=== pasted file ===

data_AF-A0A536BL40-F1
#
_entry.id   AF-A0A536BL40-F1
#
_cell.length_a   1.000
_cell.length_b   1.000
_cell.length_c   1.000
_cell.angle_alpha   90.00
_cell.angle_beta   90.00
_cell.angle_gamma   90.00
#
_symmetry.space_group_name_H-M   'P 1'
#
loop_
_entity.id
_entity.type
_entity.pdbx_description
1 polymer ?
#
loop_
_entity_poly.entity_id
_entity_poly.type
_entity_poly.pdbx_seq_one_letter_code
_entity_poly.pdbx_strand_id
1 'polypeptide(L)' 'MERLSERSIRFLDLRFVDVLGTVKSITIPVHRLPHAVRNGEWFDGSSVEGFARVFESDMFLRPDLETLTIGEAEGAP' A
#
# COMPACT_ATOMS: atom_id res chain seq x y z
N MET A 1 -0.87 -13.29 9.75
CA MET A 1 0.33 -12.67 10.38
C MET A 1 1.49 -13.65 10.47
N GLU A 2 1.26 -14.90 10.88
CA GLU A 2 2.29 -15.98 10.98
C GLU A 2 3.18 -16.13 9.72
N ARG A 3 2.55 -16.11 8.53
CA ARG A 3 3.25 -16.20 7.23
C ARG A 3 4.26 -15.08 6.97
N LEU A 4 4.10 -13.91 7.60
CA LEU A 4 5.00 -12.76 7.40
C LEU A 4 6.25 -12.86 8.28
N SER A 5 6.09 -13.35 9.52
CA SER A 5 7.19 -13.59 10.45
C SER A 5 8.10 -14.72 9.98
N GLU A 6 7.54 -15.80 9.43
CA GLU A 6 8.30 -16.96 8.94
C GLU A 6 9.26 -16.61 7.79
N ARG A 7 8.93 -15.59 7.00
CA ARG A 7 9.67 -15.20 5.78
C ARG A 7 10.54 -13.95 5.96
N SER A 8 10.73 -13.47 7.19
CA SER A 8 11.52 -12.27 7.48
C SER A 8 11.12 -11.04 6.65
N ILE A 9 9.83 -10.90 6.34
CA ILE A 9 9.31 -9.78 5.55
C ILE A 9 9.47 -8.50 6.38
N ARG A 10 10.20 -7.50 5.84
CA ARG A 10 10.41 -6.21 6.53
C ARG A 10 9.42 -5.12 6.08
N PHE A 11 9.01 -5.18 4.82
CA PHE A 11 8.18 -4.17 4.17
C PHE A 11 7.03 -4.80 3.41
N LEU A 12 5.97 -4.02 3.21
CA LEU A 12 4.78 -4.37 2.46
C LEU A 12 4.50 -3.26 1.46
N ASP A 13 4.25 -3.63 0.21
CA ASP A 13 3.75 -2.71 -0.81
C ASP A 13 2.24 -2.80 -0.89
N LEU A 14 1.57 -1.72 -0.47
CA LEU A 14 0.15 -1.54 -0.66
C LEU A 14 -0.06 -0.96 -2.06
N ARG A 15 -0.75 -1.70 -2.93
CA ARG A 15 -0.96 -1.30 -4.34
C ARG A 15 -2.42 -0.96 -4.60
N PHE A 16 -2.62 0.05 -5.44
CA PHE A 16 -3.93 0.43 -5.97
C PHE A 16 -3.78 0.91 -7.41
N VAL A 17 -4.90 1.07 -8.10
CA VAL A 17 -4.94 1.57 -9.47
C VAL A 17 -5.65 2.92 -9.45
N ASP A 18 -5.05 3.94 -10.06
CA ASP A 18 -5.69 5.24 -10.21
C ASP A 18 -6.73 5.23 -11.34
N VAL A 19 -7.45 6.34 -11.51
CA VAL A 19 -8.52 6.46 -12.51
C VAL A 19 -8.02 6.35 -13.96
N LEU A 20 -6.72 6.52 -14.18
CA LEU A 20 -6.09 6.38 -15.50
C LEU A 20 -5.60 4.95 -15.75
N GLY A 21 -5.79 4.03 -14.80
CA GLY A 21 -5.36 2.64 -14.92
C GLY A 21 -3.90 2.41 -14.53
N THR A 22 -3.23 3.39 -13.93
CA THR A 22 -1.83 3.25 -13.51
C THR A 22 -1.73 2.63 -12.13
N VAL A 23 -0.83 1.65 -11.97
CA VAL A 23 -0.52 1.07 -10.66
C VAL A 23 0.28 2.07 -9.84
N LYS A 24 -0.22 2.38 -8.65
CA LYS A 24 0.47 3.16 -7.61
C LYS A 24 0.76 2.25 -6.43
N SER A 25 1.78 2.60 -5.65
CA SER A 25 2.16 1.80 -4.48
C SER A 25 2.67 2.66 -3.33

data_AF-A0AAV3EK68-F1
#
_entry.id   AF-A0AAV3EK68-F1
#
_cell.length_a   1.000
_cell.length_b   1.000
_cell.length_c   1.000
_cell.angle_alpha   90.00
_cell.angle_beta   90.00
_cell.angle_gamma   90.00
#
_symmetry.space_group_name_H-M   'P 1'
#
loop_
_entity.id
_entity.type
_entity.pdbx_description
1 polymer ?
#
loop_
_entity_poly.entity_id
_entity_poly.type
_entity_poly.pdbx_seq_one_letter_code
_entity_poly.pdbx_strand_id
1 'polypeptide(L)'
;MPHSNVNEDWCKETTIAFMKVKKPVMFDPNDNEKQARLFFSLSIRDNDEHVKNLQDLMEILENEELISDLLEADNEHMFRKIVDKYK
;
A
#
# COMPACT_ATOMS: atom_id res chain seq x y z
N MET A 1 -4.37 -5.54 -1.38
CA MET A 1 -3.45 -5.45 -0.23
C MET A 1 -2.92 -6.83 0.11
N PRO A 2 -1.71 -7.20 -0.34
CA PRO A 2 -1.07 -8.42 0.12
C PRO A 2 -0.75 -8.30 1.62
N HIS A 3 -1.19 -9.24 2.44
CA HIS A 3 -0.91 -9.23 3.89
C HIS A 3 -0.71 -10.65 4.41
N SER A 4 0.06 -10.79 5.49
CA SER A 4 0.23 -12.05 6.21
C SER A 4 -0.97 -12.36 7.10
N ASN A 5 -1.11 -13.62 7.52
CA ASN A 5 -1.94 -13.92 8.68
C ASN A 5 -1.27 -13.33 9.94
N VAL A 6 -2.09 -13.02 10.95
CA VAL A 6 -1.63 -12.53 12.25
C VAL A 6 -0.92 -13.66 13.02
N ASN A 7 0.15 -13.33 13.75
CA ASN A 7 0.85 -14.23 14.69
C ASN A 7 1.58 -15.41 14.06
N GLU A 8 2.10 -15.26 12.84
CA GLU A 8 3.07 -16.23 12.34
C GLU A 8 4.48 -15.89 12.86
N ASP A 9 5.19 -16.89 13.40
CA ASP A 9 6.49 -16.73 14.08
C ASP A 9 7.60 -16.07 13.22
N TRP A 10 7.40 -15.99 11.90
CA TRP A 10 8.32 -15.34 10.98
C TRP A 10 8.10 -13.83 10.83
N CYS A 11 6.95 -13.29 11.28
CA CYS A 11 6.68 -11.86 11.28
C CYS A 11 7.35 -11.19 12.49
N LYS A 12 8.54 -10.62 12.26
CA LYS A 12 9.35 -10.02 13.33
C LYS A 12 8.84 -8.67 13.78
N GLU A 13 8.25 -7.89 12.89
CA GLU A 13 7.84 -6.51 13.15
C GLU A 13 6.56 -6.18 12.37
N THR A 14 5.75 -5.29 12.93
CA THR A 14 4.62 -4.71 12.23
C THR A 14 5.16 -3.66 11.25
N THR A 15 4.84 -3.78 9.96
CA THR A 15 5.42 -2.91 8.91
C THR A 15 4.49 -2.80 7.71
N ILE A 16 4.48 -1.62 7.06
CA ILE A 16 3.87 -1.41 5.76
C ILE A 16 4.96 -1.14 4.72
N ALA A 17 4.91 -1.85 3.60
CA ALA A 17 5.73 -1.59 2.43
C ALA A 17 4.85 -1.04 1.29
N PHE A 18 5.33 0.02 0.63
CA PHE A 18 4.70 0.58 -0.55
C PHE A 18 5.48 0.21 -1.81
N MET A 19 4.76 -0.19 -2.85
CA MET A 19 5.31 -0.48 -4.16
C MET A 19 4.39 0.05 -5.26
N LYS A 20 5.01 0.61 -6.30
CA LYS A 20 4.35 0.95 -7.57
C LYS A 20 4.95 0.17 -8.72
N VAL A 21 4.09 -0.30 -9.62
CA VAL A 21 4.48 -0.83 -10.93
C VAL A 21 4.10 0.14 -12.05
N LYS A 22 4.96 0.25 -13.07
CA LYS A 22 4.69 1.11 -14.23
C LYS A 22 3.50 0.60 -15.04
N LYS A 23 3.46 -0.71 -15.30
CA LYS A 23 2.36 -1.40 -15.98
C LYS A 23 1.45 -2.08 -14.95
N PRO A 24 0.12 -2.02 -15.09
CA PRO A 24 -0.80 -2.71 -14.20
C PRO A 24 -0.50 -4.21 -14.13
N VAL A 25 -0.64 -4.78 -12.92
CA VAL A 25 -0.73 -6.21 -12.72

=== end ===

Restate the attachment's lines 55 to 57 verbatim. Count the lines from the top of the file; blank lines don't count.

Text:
N ARG A 10 10.20 -7.50 5.84
CA ARG A 10 10.41 -6.21 6.53
C ARG A 10 9.42 -5.12 6.08